Get involved with Friends of Digby Island



SWFF Northern Tour 2017!

The SkeenaWild Film Fest is coming to a community near you!

We’ll be accepting film and photo submissions until Oct. 2nd. Submit here!

We also have the dates scheduled for the Northern Tour. Stay tuned for more info in the coming weeks.



Mid-summer Salmon Update.

sockeye and chinook returns are way down this year across the province, but other species like pink are running strong. Watershed Watch Salmon Society did a great job of summing up the situation. Read the full report to learn how salmon across the province are faring this season. 

Pacific Ocean temperatures in 2015 were much warmer than average, attracting competitors and predators from southern waters, and reducing the quantity and quality of prey for salmon. Making matters worse, BC’s wild salmon are being forced to share their diminished food supply with a record number of salmon being released from hatcheries in Alaska, Russia, and Japan.

Read the full report



Hereditary Chiefs at the United Nations.

Following last years visit to the UN Permanent Forum on the Rights of Indigenous Peoples in New York City, a delegation of Hereditary Chiefs from Northwest BC traveled to Geneva, Switzerland to give an update to the UN Committee on Ending Racial Discrimination in August.

The chiefs gave witness testimony regarding the Canadian governments’ continued neglect of First Nations' rights in protecting salmon, water and other resources when pushing forward industrial development.

They told the UN “To use any force that they can to get Canada to uphold support and use the United Nations Declaration on the Rights of Indigenous Peoples (UNDRIP).”

Read the full story!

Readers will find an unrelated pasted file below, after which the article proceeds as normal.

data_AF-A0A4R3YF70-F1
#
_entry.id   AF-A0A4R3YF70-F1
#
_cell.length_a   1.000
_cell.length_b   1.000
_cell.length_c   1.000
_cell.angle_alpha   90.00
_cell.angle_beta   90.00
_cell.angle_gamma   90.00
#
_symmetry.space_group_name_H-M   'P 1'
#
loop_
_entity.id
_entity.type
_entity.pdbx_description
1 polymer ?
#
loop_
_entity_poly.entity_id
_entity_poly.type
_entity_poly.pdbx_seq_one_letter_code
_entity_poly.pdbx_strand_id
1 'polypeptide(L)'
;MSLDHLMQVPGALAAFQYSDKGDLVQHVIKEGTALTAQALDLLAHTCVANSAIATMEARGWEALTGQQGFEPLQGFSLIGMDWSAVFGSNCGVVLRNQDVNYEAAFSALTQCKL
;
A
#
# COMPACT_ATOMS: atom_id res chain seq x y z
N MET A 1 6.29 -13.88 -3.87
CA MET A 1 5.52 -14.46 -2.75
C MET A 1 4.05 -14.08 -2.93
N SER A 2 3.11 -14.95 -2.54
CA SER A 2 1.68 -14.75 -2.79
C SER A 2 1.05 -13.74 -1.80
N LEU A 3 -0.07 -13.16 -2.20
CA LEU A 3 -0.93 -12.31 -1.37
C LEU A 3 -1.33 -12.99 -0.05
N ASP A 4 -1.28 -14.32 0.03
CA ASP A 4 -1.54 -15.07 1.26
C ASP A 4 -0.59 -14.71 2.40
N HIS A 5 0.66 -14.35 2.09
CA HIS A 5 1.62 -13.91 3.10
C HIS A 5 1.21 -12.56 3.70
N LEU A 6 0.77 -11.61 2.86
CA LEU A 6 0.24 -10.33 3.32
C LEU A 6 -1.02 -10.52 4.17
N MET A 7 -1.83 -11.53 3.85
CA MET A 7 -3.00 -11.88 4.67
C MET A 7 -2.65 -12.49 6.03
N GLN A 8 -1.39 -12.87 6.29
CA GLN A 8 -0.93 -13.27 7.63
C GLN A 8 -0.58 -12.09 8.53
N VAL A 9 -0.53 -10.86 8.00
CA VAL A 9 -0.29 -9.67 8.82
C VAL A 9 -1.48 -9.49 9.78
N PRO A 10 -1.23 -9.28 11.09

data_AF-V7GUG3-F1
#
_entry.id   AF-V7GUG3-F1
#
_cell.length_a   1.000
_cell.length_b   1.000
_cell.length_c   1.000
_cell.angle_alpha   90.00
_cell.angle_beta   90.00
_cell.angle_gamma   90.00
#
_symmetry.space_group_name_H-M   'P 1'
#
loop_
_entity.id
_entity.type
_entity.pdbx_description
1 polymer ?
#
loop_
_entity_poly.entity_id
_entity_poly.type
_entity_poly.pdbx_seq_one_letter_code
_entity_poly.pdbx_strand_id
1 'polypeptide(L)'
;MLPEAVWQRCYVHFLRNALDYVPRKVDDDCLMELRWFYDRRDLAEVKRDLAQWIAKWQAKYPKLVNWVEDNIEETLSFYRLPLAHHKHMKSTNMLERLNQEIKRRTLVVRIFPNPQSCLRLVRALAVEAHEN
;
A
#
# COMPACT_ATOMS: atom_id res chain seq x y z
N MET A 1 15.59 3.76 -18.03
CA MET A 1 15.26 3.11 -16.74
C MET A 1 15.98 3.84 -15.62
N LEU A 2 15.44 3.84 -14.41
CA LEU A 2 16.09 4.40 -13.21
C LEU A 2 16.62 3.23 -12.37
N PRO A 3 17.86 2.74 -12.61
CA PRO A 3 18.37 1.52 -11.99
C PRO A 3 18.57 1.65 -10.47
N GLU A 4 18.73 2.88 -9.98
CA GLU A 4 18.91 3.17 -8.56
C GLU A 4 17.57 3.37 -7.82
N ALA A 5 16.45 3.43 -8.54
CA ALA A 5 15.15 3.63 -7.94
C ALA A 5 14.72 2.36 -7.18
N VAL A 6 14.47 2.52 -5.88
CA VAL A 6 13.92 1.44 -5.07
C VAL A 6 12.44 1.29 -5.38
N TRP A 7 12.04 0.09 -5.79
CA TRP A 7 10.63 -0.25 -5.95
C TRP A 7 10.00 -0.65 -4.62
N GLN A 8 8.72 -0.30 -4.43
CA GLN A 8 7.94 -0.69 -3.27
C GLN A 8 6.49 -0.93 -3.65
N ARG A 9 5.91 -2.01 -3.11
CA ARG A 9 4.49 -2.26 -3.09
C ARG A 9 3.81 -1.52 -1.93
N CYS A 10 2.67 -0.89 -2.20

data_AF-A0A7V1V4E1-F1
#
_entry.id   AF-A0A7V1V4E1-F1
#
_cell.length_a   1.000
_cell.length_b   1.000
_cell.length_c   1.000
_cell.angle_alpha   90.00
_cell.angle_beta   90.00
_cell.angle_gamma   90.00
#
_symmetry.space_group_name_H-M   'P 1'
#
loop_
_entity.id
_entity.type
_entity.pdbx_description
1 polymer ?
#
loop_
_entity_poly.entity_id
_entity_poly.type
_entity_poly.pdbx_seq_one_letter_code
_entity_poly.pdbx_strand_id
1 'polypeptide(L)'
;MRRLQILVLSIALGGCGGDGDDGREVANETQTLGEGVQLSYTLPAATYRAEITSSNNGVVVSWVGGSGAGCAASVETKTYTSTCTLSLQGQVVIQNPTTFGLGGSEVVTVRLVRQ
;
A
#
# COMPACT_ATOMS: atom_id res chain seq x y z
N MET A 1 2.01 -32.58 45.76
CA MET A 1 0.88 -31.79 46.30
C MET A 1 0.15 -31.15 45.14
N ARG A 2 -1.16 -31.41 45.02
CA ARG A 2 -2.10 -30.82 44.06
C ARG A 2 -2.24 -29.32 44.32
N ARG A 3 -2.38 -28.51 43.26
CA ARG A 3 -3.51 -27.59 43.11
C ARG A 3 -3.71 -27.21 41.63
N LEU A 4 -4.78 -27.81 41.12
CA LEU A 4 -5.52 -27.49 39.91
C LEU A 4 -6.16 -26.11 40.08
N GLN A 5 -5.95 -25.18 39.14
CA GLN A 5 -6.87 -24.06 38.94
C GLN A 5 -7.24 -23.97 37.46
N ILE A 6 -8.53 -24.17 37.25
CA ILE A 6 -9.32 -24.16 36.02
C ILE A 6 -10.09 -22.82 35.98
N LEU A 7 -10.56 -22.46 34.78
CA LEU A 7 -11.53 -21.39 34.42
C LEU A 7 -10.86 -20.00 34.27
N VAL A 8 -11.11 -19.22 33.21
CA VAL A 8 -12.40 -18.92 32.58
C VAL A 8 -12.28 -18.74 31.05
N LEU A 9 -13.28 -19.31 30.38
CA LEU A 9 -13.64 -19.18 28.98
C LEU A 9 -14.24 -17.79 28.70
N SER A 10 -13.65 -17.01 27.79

Canada’s Wild Salmon Policy: an assessment of conservation progress in British Columbia.

A new study conducted by Simon Fraser University highlights the shortcomings of DFO's implemntation of the Wild Salmon Policy and monitoring of salmon streams as one of the contributing factors to dwindling salmon populations.

Since the mid-1980’s monitoring of salmon spawning streams in BC has plummeted by 70%. Because of this, data on existing salmon populations is insufficient, leading DFO to make poorly informed decisions about salmon harvesting and conservation.

“42% of the Conservation Units that we assessed as Red (threatened) would have improved in status had the Canadian fishery been reduced,” the study concluded.

Read the full study!



UNIFOR Court Victory over RTA SO2 Emissions.

One of the largest unions in Canada has won a major court victory regarding Rio Tinto Alcan’s increased sulphur dioxide (SO2) emissions.

Rio Tinto operates a smelter, and holds a permit under the Environmental Management Act allowing it to discharge sulphur dioxide (SO2) into the air. In 2013, it was granted an amendment to the permit allowing it to increase the amount of SO2 discharged by 56%, up to 42 tonnes per day.

UNIFOR appealed the approval of the permit to the Environmental Appeal Board. The Board rejected the appeal, noting that it didn’t fall under the Environmental Management Act provisions for appeal.

However, a BC Court of Appeals judge found the EAB’s ruling to be unreasonable and has now allowed UNIFOR to move forward with it’s appeal to have the increased S02 emissions permit reversed. This is a big step in the fight to keep polluting companies accountable for their actions and force them to install technologies that would lessen the impact on an already stressed Kitimat air shed.

Read the full decision!

To lean more about Kitimat’s struggle for a healthy air shed, visit Kitimat Terrace Clean Air Coalition’s Facebook page.